Mainly because of the laws of that era have helped prevent us from retreating to poverty of that era. But there are politicians and special interest attempt to chip away at those laws.

I agree the Federal and State Government have to more anti-monopoly, and I would start with the Radio and TV companies.

BroncoBeavis
08-15-2017, 03:51 PM
I agree the Federal and State Government have to more anti-monopoly, and I would start with the Radio and TV companies.

Nah. It needs to start in finance. Maybe in the media conglomerates crossing all mediums, and even into tech. But radio and TV themselves become less relevant by the day.

Rohirrim
08-15-2017, 04:31 PM
I knew that part. I'm just wondering why you thought that era (of excess) had a (mostly) peaceable resolution but we're now doomed to fracture.

In a word? Polarization.

You need to read up on the era. It was incredibly violent. In fact, one of the first challenges in TR's presidency was a wide-spread coal strike where people were regularly killing each other. Back then, the owners had no qualms about hiring thugs to beat strikers with bats or even to shoot and kill them. Matewan happened in that era. There were hunger strikes, labor strikes, riots. We've never seen anything like it in this century. Oddly enough, income inequality in America right now equals that era.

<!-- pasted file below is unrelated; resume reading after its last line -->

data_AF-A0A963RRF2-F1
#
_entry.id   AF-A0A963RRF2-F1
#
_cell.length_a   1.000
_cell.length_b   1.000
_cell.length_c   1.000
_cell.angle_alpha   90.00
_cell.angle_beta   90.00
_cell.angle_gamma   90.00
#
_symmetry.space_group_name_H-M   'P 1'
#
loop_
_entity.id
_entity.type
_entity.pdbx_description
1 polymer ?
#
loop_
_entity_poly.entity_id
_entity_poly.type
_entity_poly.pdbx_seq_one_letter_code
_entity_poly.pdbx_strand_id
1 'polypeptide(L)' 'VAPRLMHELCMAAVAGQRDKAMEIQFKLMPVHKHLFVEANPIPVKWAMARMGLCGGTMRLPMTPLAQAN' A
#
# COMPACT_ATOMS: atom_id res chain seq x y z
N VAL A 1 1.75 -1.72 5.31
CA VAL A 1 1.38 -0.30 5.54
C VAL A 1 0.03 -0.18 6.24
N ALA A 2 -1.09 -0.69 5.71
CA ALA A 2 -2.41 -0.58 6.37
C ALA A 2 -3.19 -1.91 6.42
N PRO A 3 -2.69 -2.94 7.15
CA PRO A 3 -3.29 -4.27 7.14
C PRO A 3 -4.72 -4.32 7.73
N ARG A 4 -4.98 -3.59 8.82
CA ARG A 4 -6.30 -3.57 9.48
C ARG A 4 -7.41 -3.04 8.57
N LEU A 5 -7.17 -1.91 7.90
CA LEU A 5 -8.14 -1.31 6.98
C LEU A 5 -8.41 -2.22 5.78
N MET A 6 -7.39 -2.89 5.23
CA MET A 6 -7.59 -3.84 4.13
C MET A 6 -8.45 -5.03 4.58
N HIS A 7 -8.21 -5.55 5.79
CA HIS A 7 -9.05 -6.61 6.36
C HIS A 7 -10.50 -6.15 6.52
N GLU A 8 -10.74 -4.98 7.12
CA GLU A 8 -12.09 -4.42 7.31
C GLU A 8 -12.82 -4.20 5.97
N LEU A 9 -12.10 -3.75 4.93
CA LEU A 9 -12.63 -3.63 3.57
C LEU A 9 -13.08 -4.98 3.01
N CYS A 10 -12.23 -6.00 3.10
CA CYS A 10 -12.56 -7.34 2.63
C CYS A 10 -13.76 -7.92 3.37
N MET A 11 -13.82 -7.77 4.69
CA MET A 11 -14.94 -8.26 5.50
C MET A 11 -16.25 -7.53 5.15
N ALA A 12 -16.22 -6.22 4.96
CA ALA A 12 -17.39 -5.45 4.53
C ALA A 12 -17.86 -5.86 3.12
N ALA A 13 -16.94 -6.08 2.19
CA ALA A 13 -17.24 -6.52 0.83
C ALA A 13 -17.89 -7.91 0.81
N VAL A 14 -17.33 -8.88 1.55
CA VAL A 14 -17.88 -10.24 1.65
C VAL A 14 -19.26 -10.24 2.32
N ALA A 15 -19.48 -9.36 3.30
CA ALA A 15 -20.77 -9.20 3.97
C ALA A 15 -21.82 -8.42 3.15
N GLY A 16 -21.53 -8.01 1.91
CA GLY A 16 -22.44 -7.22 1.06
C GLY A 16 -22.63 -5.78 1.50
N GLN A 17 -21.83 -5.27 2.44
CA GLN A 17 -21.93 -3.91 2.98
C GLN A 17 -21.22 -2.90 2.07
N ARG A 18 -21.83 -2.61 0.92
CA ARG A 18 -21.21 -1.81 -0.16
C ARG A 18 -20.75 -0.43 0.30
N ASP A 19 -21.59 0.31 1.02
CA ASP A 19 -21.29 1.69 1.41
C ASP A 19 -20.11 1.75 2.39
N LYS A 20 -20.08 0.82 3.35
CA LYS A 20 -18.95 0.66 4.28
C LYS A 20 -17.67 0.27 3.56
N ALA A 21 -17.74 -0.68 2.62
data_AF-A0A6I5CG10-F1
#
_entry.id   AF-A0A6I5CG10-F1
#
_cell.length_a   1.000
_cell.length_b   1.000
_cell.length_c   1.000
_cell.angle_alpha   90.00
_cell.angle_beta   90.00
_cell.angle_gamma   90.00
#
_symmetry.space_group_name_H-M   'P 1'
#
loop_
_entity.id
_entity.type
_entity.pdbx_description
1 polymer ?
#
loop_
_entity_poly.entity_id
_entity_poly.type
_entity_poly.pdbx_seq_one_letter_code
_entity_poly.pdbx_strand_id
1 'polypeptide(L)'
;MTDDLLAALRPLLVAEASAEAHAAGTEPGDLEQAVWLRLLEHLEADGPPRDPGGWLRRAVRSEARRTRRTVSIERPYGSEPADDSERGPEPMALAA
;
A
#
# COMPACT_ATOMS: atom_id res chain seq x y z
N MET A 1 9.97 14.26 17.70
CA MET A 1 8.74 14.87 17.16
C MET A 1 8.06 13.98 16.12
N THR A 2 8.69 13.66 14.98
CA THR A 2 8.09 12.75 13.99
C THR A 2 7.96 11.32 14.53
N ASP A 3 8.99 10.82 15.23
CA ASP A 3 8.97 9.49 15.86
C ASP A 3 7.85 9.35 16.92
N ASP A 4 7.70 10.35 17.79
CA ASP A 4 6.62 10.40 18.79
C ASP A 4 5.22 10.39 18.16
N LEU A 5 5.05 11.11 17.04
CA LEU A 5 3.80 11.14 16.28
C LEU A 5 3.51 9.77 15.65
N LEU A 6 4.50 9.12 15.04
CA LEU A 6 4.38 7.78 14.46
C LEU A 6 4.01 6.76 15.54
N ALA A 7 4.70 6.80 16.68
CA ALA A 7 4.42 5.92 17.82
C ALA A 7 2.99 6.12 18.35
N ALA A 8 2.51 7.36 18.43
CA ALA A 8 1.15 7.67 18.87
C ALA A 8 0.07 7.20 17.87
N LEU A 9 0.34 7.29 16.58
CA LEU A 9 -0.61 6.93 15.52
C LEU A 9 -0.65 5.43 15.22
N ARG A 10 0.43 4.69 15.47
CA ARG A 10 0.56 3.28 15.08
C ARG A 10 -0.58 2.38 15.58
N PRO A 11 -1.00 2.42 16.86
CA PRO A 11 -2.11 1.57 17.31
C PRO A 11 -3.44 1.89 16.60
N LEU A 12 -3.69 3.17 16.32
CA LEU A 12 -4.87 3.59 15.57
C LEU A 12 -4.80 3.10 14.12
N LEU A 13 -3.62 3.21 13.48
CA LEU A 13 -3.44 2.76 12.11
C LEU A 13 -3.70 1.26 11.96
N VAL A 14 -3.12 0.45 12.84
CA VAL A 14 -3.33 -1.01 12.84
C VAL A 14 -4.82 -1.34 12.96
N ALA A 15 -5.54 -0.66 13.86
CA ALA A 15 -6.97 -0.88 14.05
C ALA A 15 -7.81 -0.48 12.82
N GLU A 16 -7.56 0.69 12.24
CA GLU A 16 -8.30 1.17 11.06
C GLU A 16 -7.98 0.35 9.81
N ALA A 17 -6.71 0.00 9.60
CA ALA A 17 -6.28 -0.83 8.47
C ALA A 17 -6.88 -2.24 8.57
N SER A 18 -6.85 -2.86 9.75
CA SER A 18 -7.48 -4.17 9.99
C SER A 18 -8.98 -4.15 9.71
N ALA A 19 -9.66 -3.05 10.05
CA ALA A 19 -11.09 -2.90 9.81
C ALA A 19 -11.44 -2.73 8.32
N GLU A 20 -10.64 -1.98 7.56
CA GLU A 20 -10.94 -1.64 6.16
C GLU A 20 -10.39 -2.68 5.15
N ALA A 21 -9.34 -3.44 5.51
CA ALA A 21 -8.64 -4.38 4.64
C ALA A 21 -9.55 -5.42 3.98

The authors of this piece say it will be more of a fizzling out than a civil war.

Rohirrim
08-15-2017, 04:34 PM
This study isn't the only one that points out that these factors are the road to societal collapse. For those who haven't seen it, I'll post it again: https://www.ted.com/talks/richard_wilkinson

BroncoBeavis
08-15-2017, 04:45 PM
In a word? Polarization.

You need to read up on the era. It was incredibly violent. In fact, one of the first challenges in TR's presidency was a wide-spread coal strike where people were regularly killing each other. Back then, the owners had no qualms about hiring thugs to beat strikers with bats or even to shoot and kill them. Matewan happened in that era. There were hunger strikes, labor strikes, riots. We've never seen anything like it in this century. Oddly enough, income inequality in America right now equals that era.

The authors of this piece say it will be more of a fizzling out than a civil war.

I'm pretty familiar with the history. It had its moments, but nothing resembling the civil war style outcomes being predicted in this thread.

BroncsRule
08-15-2017, 04:47 PM
Nah. It needs to start in finance. Maybe in the media conglomerates crossing all mediums, and even into tech. But radio and TV themselves become less relevant by the day.

That's a good start. I'd include: